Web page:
We've been in Peru for five days now. Two in Lima and three in Cusco. The first impressions are that Peru is more prosperous than Ecuador, and that this is due to a few things: the people just seem to be more entrepreneurial, especially when it comes to tourism; and the government seems more interested in actually doing things to promote the economy instead of promoting itself.
We see some of that in Cusco, where we are now, but it was really apparent in Lima, where we spent two days before heading up to the mountains.
The first thing we noticed when driving from the Lima airport to our hotel in the Miraflores district was the extensive beachfront restoration and development. Now you may or may not agree that changing the the sea face of Lima is a good idea, but at least it's being done. The beach is being restored and protected by a sea wall, and the land above the beach is being filled in and developed with shopping, hotels and other visitor-oriented businesses.
The entire Miraflores area is filled with hotels and American-style shopping. Again, you may or may not agree with this strategy, but at least it seems to be working. The streets are crowded with shoppers. There are a lot of visitors. The off shore is full of surfers, and–my favorite–there are professionally run casinos where you can get a drink and small servings of food while you play. Think of the Miraflores area of Lima as Las Vegas of twenty years ago and you won't be far off.
(In Ecuador, on the other hand, the government adopts a more overbearing mama attitude: no alcohol in the casinos. Also, the Macao Casino in Quito's Mariscal just started dealing blackjack with eight decks. Sorry, Macao, you just lost me as a customer. Think of Ecuador like Minnesota, where nothing is permitted, and you also won't be far off.)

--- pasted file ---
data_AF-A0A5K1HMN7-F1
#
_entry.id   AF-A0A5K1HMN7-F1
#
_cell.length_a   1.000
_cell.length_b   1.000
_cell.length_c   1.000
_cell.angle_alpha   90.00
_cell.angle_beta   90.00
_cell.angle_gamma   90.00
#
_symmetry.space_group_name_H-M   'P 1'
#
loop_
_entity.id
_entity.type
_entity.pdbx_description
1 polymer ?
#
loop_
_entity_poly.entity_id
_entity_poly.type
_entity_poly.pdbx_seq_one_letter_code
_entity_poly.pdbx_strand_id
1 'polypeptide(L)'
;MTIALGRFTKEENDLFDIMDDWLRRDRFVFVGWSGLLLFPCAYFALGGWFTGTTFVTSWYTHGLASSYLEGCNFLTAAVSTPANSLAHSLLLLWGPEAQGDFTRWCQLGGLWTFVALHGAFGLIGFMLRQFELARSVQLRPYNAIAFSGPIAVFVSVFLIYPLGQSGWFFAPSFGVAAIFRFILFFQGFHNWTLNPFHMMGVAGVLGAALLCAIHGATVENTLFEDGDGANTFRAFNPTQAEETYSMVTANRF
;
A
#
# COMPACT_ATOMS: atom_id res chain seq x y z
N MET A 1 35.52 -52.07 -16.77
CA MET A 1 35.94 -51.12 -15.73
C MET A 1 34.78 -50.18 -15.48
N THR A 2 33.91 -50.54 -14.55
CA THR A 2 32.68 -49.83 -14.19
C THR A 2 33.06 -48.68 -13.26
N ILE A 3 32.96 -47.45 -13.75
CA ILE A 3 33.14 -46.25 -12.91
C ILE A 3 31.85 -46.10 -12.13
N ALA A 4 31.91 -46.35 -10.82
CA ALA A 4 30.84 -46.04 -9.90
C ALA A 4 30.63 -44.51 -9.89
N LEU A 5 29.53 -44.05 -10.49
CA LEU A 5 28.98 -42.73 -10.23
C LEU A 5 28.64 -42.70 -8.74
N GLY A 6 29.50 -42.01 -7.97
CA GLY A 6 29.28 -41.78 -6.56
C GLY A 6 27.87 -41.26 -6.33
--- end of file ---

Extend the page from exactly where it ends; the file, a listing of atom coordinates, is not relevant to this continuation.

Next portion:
Oh, and by the way, the restaurants we discovered in Lima were excellent, too. There's a big shopping center above the beach, Larcomar Mall, where unfortunately many Americans are attracted to TGI Friday's, Chili's or Tony Roma's, but if you are open to considering something you might not find in a Minneapolis suburb, there are also locally owned excellent Peruvian traditional and international choices.
We ate at Café Café, and had a seafood paella that rivaled any we ever had in Barcelona. And at Makoto, Kris and I had, without a doubt, the best sushi of our lives. Also highly recommended: the Peruvian “national” drink, the Pisco Sour. A little like a margarita, perhaps, but more intricate.
For those of you who don't know, the Humboldt current runs right up the coast of South America from Antarctica and makes the Peruvian coast allegedly the best place to fish in the world. No argument from us.
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